The Biggest Lake Bodom Murder Theories: What Really Happened?

In June of 1960, on the shores of a tranquil lake in Finland, three people were murdered by an unknown assailant and the case remains unsolved more than 60 years later. Lake Bodom is a little over 12 miles (20 kilometers) from the Finnish capital of Helsinki, near the town of Espoo. According to Historic Mysteries, on the night of June 5, 1960, it's where two teenage couples — Nils Gustafsson, 18; Irmeli Björklund, 15; Seppo Boisman, 18; and Tuulikki Mäki, 15 — set up tents to camp out and enjoy the pristine wilderness.

The next morning a man who had gone for a swim in Lake Espoo would discover all but one of the teenagers dead, their tent shredded, and their money and clothes stolen. Gustafsson — the sole survivor of the attack — and his girlfriend, Bjorkland were found on top of the tent, while the bodies of their friends Boisman and Mäki remained inside, all with multiple stab wounds.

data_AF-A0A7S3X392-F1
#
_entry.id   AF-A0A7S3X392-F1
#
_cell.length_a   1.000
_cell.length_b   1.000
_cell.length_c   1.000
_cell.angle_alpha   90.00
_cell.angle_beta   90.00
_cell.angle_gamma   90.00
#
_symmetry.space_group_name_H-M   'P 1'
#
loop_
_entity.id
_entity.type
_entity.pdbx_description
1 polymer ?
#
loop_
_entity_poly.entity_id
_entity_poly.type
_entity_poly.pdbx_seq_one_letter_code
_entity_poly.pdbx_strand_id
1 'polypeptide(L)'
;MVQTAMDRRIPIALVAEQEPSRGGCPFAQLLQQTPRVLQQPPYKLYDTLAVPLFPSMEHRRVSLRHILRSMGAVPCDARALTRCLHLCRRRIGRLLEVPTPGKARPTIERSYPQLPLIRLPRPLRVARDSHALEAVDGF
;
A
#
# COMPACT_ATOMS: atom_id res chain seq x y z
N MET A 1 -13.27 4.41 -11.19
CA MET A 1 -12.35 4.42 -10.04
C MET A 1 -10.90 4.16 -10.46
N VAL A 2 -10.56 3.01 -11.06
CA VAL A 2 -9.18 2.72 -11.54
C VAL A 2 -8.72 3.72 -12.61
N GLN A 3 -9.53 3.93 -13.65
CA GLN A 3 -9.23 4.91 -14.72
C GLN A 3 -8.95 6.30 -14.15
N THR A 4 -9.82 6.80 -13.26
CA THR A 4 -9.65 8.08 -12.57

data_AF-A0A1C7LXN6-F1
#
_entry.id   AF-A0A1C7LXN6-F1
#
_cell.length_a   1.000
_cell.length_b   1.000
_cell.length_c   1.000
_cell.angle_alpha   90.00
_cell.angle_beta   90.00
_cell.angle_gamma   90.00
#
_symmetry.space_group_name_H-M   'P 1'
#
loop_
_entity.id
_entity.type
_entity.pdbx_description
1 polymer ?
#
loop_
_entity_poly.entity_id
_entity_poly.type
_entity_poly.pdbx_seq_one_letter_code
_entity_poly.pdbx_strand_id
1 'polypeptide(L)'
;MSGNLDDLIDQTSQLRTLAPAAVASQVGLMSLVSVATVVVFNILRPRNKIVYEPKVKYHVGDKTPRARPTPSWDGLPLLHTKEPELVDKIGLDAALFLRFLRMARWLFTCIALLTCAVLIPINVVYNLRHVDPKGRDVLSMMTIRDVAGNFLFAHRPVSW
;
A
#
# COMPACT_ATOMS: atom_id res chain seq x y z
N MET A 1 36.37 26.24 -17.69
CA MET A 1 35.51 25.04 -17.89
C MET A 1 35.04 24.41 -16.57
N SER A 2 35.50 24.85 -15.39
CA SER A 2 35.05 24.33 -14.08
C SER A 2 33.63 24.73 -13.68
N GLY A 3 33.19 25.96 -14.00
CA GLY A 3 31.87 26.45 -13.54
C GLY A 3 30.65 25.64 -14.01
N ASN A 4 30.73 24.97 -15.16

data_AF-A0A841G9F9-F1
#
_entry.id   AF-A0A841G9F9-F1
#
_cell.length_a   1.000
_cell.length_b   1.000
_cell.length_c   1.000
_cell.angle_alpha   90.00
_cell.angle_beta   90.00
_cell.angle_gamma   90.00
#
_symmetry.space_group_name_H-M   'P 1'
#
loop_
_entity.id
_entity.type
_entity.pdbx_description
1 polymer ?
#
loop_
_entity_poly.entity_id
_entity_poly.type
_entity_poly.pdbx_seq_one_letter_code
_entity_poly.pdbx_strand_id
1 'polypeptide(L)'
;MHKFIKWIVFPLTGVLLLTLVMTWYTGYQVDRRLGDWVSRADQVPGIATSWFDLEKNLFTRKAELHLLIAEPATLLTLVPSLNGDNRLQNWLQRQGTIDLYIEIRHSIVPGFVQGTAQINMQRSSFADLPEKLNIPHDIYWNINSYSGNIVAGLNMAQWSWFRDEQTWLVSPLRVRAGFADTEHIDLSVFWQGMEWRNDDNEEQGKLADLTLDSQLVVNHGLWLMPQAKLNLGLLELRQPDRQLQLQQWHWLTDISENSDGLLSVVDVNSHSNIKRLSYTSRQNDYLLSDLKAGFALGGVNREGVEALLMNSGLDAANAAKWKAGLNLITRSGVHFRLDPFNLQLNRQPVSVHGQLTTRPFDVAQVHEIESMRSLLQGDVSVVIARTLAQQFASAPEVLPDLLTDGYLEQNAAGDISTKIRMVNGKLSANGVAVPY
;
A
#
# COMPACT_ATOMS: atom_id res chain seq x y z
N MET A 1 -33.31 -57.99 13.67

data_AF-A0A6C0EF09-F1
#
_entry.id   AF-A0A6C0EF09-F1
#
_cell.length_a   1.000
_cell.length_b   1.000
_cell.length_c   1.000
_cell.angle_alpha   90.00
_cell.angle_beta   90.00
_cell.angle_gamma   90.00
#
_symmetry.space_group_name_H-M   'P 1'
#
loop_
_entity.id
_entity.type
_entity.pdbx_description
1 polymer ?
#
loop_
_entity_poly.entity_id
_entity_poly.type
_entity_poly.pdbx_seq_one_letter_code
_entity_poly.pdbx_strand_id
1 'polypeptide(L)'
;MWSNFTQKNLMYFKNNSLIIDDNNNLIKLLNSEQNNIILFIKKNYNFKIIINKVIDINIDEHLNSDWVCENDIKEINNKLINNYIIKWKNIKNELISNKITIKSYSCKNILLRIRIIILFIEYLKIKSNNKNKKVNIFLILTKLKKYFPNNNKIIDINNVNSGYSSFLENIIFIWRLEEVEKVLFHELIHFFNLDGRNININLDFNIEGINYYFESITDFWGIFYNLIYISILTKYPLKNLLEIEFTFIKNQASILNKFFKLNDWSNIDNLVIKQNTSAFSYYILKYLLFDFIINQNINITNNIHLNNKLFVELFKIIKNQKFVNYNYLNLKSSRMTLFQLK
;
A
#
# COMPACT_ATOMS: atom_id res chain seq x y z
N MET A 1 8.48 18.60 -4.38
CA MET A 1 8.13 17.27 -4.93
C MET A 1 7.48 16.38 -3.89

Police were able to surmise about when the attack took place — thought to be between 4 a.m. and 6 a.m. — and that the attack was likely committed with a knife and blunt object, despite no murder weapon ever being found.

The case has become Finland's most notorious unsolved murder, and even inspired the name of Finnish heavy metal band, Children of Bodom. While the answer to what really happened on the shores of Lake Bodom that night in 1960 may never be known, there is no shortage of theories.

Could the murders have been committed by Nils Gustafsson?

Nils Gustafsson was the only one of the four victims to survive the brutal attack, yet he was unable to give investigators a clear picture of what unfolded. This has led some to question whether he could have been the culprit.

Gustafsson told police that he was attacked first, which led to him becoming disoriented and rendered his recollection of the events faulty. He also claimed that the killer believed him to be dead, and moved on to the others. He did offer up one somewhat helpful piece of information: that the killer was "dressed in black and bright red," per Historic Mysteries.